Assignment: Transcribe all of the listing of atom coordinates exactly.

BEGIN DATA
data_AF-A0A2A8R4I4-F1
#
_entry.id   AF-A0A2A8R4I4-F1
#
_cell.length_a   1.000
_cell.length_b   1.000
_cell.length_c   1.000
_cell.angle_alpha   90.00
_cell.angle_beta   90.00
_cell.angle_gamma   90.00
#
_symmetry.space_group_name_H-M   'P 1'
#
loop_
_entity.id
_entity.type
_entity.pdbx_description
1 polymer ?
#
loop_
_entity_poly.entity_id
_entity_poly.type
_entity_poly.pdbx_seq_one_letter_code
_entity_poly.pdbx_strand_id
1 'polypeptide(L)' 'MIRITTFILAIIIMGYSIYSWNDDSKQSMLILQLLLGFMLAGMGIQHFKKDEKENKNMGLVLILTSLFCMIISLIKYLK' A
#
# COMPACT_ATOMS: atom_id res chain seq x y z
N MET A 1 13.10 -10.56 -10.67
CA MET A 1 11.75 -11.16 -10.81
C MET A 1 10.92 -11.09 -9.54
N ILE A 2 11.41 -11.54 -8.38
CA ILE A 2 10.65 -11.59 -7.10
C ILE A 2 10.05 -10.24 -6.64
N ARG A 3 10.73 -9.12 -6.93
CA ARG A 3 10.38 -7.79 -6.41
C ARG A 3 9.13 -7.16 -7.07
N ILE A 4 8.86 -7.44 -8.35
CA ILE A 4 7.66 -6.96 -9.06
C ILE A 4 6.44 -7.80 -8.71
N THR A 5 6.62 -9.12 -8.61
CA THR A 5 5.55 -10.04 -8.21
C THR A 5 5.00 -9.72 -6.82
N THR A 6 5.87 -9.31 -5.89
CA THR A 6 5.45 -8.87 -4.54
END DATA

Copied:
data_AF-A0A2A8R4I4-F1
#
_entry.id   AF-A0A2A8R4I4-F1
#
_cell.length_a   1.000
_cell.length_b   1.000
_cell.length_c   1.000
_cell.angle_alpha   90.00
_cell.angle_beta   90.00
_cell.angle_gamma   90.00
#
_symmetry.space_group_name_H-M   'P 1'
#
loop_
_entity.id
_entity.type
_entity.pdbx_description
1 polymer ?
#
loop_
_entity_poly.entity_id
_entity_poly.type
_entity_poly.pdbx_seq_one_letter_code
_entity_poly.pdbx_strand_id
1 'polypeptide(L)' 'MIRITTFILAIIIMGYSIYSWNDDSKQSMLILQLLLGFMLAGMGIQHFKKDEKENKNMGLVLILTSLFCMIISLIKYLK' A
#
# COMPACT_ATOMS: atom_id res chain seq x y z
N MET A 1 13.10 -10.56 -10.67
CA MET A 1 11.75 -11.16 -10.81
C MET A 1 10.92 -11.09 -9.54
N ILE A 2 11.41 -11.54 -8.38
CA ILE A 2 10.65 -11.59 -7.10
C ILE A 2 10.05 -10.24 -6.64
N ARG A 3 10.73 -9.12 -6.93
CA ARG A 3 10.38 -7.79 -6.41
C ARG A 3 9.13 -7.16 -7.07
N ILE A 4 8.86 -7.44 -8.35
CA ILE A 4 7.66 -6.96 -9.06
C ILE A 4 6.44 -7.80 -8.71
N THR A 5 6.62 -9.12 -8.61
CA THR A 5 5.55 -10.04 -8.21
C THR A 5 5.00 -9.72 -6.82
N THR A 6 5.87 -9.31 -5.89
CA THR A 6 5.45 -8.87 -4.54